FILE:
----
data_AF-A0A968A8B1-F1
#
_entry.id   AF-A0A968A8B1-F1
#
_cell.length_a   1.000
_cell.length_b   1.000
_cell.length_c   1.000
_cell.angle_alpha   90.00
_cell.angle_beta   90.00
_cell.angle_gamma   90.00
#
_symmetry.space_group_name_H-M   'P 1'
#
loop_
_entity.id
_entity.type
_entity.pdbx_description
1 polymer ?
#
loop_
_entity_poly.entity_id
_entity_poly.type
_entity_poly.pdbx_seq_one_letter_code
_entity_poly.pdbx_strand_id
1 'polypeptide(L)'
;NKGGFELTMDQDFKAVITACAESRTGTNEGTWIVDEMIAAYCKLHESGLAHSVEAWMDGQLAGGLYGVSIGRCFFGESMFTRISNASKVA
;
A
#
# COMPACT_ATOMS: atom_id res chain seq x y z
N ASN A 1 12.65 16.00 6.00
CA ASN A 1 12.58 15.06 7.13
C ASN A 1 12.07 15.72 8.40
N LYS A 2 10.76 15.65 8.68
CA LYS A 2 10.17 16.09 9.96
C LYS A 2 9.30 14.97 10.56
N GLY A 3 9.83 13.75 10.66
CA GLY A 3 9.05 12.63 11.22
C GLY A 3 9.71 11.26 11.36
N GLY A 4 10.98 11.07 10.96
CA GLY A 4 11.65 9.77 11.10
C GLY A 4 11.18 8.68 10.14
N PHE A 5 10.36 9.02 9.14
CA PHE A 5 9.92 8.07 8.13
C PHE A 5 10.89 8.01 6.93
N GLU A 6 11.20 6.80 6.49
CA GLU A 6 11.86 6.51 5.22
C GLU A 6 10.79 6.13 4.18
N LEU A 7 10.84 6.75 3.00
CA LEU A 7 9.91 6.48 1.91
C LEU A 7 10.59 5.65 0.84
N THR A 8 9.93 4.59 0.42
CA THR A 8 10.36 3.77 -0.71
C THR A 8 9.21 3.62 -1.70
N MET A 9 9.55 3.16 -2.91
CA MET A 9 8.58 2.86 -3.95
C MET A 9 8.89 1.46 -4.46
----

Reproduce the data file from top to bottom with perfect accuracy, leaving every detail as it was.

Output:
data_AF-A0A968A8B1-F1
#
_entry.id   AF-A0A968A8B1-F1
#
_cell.length_a   1.000
_cell.length_b   1.000
_cell.length_c   1.000
_cell.angle_alpha   90.00
_cell.angle_beta   90.00
_cell.angle_gamma   90.00
#
_symmetry.space_group_name_H-M   'P 1'
#
loop_
_entity.id
_entity.type
_entity.pdbx_description
1 polymer ?
#
loop_
_entity_poly.entity_id
_entity_poly.type
_entity_poly.pdbx_seq_one_letter_code
_entity_poly.pdbx_strand_id
1 'polypeptide(L)'
;NKGGFELTMDQDFKAVITACAESRTGTNEGTWIVDEMIAAYCKLHESGLAHSVEAWMDGQLAGGLYGVSIGRCFFGESMFTRISNASKVA
;
A
#
# COMPACT_ATOMS: atom_id res chain seq x y z
N ASN A 1 12.65 16.00 6.00
CA ASN A 1 12.58 15.06 7.13
C ASN A 1 12.07 15.72 8.40
N LYS A 2 10.76 15.65 8.68
CA LYS A 2 10.17 16.09 9.96
C LYS A 2 9.30 14.97 10.56
N GLY A 3 9.83 13.75 10.66
CA GLY A 3 9.05 12.63 11.22
C GLY A 3 9.71 11.26 11.36
N GLY A 4 10.98 11.07 10.96
CA GLY A 4 11.65 9.77 11.10
C GLY A 4 11.18 8.68 10.14
N PHE A 5 10.36 9.02 9.14
CA PHE A 5 9.92 8.07 8.13
C PHE A 5 10.89 8.01 6.93
N GLU A 6 11.20 6.80 6.49
CA GLU A 6 11.86 6.51 5.22
C GLU A 6 10.79 6.13 4.18
N LEU A 7 10.84 6.75 3.00
CA LEU A 7 9.91 6.48 1.91
C LEU A 7 10.59 5.65 0.84
N THR A 8 9.93 4.59 0.42
CA THR A 8 10.36 3.77 -0.71
C THR A 8 9.21 3.62 -1.70
N MET A 9 9.55 3.16 -2.91
CA MET A 9 8.58 2.86 -3.95
C MET A 9 8.89 1.46 -4.46